What To Expect At A Hearing Test

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If you suspect you are suffering from hearing loss, tinnitus, hyperacusis, or another auditory ailment, your treatment will likely begin with a hearing test. Brief, comfortable and affordable, hearing tests inform your audiologist about your hearing condition. A comprehensive hearing examinations usually lasts 30-45 minutes, depending on which tests are required.  There are many different types of tests that work together to decipher your auditory health status. A thorough hearing test can also help define the type of hearing loss you have: conductive, sensorineural or mixed and whether it will respond best to medical treatment or hearing aids.

 

Consultation with Your Audiologist

To begin, your audiologist will review your personal information and health history. This healthcare professional will ask questions designed to learn more about your hearing concerns. You may be asked about your symptoms, your history to noise exposure, your family’s history of hearing loss, and the specific types of environments in which you experience difficulty hearing. Feel free to jot down notes ahead of time so that you are prepared and confident.

 

Physical Examination

Once your audiologist understands your specific situation, a physical examination of your ears will be conducted by looking into them with an instrument called an otoscope. Using this tool, your audiologist can view your eardrum and look for issues such as a build up of earwax obstructing the ear canal or infections of the middle ear.

 

Hearing Tests

Here are the most common hearing tests that you can expect at an exam:

1) Pure Tone Audiometry Test

Hearing tests usually occur in a quiet, sound-treated room designed to keep out other noises, which could interfere with your hearing exam. You will be asked to wear headphones or soft earplugs with wires connected to an instrument called an audiometer that is used to conduct the test.  Your test administrator will communicate and provide instructions through the headphones. A series of tones at different pitches and different volumes will play. You will be asked to trigger a button or raise your hand when you hear them. You will need to listen carefully because it is important to respond even if the tone sounds very subtle and you can barely decipher it. The test measures the very softest sounds you can hear at each frequency tested. This part of the test is called pure tone audiometry.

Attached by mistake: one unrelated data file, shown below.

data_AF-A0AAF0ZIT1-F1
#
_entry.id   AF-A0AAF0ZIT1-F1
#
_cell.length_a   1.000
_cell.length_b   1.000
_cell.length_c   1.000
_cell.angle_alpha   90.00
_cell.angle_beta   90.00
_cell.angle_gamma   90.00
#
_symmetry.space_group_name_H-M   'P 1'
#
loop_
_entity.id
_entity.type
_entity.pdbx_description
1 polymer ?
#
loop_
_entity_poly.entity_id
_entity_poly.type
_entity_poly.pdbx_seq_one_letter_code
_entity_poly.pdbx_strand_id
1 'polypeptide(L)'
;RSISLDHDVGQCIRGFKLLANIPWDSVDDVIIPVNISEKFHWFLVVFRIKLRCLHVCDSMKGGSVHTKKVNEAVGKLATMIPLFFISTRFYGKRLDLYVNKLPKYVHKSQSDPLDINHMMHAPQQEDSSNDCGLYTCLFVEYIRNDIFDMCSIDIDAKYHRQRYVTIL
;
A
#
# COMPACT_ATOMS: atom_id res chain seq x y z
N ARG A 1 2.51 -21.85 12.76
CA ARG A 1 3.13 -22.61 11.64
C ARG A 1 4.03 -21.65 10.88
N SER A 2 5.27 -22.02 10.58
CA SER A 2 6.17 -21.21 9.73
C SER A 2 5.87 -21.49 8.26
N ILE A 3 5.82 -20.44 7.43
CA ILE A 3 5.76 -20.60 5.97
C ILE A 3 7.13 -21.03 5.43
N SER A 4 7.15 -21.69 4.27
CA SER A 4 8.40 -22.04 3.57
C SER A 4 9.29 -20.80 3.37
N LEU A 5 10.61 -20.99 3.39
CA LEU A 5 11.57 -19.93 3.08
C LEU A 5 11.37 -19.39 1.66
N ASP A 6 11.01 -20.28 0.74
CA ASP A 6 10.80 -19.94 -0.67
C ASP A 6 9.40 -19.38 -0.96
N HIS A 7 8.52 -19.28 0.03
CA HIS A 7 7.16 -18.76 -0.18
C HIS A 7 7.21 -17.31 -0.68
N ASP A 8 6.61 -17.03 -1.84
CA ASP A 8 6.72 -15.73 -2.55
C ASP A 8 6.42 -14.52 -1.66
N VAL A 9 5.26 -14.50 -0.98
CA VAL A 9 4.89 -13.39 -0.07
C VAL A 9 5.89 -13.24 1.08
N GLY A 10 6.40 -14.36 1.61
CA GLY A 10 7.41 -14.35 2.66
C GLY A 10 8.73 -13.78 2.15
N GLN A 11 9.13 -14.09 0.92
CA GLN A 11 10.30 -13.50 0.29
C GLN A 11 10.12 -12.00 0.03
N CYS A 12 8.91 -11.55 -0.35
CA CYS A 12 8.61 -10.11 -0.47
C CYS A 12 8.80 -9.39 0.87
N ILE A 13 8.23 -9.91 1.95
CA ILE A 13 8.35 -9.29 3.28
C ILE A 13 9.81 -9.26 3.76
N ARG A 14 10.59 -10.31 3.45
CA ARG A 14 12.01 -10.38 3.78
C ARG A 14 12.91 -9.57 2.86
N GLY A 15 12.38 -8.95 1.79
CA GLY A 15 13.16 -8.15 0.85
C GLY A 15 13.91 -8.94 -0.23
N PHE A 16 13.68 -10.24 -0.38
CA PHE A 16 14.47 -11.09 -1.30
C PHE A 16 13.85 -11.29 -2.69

2) Speech Audiometry Test

A speech audiometry test is another component of most hearing tests; it uses recorded or live speech instead of pure tones. The speech portion of the exam evaluates the softest speech sounds, or the threshold that you can hear and comprehend. You will be asked to repeat back the words that are presented at different levels to see if you can understand them accurately. Some practitioners use speech sounds to determine your most comfortable listening level.

3) Tuning Fork Test

Some audiologists use a tuning fork to assess the ability of sound to move through your ears. This is a metal device with two prongs that creates a tone as it vibrates. The tuning fork may be placed behind your ear or on your head during the test. Your doctor can tell whether there’s an issue with sound getting to your nerves or the nerves themselves based on how you hear and process the tone.

 

4) Audiogram

The results of your hearing tests will be recorded as an audiogram, a visual representation of your hearing abilities in frequencies and decibels. It will reveal the percentage of normal conversational speech that you are capable of hearing. Your audiologist will review your results with you, and if a hearing loss is detected, you will learn about the type, pattern, and degree of your hearing loss.  The measure of your hearing loss is calculated in decibels (dB) by using the following categories:

  • Normal hearing (0 to 25 dB HL)

  • Mild hearing loss (26 to 40 dB HL)

  • Moderate hearing loss (41 to 70 dB HL)

  • Severe hearing loss (71 to 90 dB HL)

  • Profound hearing loss (greater than 91 dB HL)

 

Your audiologist will make connections between the audiogram and your concerns about your hearing, so that you can begin to explore your personal treatment options.

 

Treating Hearing Loss

After your hearing test, your newfound knowledge of your hearing health will help to inform your treatment plan moving forward. Using the latest developments in auditory research, state-of-the-art technology, and years of education and experience, our team at Audiology Associates of Redding will be able to find an effective treatment that works for you and get you back on the road to healthy hearing!